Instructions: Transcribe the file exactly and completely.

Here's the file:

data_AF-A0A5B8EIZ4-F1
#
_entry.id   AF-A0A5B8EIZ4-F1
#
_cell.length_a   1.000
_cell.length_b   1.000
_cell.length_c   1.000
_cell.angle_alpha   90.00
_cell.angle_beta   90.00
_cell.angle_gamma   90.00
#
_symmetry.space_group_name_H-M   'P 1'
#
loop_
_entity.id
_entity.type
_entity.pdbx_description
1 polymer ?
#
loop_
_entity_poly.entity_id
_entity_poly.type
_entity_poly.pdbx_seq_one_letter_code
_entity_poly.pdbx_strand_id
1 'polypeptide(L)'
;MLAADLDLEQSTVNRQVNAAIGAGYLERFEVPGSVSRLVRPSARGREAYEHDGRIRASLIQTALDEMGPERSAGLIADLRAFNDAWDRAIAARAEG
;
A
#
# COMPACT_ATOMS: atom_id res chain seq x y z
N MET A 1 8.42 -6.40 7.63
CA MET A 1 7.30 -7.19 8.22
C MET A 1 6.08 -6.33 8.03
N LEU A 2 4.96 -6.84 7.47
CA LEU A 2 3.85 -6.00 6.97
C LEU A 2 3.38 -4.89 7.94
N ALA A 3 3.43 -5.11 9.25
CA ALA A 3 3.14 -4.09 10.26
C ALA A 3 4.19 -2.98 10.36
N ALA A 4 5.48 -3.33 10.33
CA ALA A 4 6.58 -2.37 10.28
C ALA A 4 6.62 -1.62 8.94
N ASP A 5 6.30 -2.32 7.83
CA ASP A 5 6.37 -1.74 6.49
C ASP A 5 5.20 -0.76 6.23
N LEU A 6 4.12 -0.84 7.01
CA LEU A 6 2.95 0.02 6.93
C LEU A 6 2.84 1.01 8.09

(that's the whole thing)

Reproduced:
data_AF-A0A5B8EIZ4-F1
#
_entry.id   AF-A0A5B8EIZ4-F1
#
_cell.length_a   1.000
_cell.length_b   1.000
_cell.length_c   1.000
_cell.angle_alpha   90.00
_cell.angle_beta   90.00
_cell.angle_gamma   90.00
#
_symmetry.space_group_name_H-M   'P 1'
#
loop_
_entity.id
_entity.type
_entity.pdbx_description
1 polymer ?
#
loop_
_entity_poly.entity_id
_entity_poly.type
_entity_poly.pdbx_seq_one_letter_code
_entity_poly.pdbx_strand_id
1 'polypeptide(L)'
;MLAADLDLEQSTVNRQVNAAIGAGYLERFEVPGSVSRLVRPSARGREAYEHDGRIRASLIQTALDEMGPERSAGLIADLRAFNDAWDRAIAARAEG
;
A
#
# COMPACT_ATOMS: atom_id res chain seq x y z
N MET A 1 8.42 -6.40 7.63
CA MET A 1 7.30 -7.19 8.22
C MET A 1 6.08 -6.33 8.03
N LEU A 2 4.96 -6.84 7.47
CA LEU A 2 3.85 -6.00 6.97
C LEU A 2 3.38 -4.89 7.94
N ALA A 3 3.43 -5.11 9.25
CA ALA A 3 3.14 -4.09 10.26
C ALA A 3 4.19 -2.98 10.36
N ALA A 4 5.48 -3.33 10.33
CA ALA A 4 6.58 -2.37 10.28
C ALA A 4 6.62 -1.62 8.94
N ASP A 5 6.30 -2.32 7.83
CA ASP A 5 6.37 -1.74 6.49
C ASP A 5 5.20 -0.76 6.23
N LEU A 6 4.12 -0.84 7.01
CA LEU A 6 2.95 0.02 6.93
C LEU A 6 2.84 1.01 8.09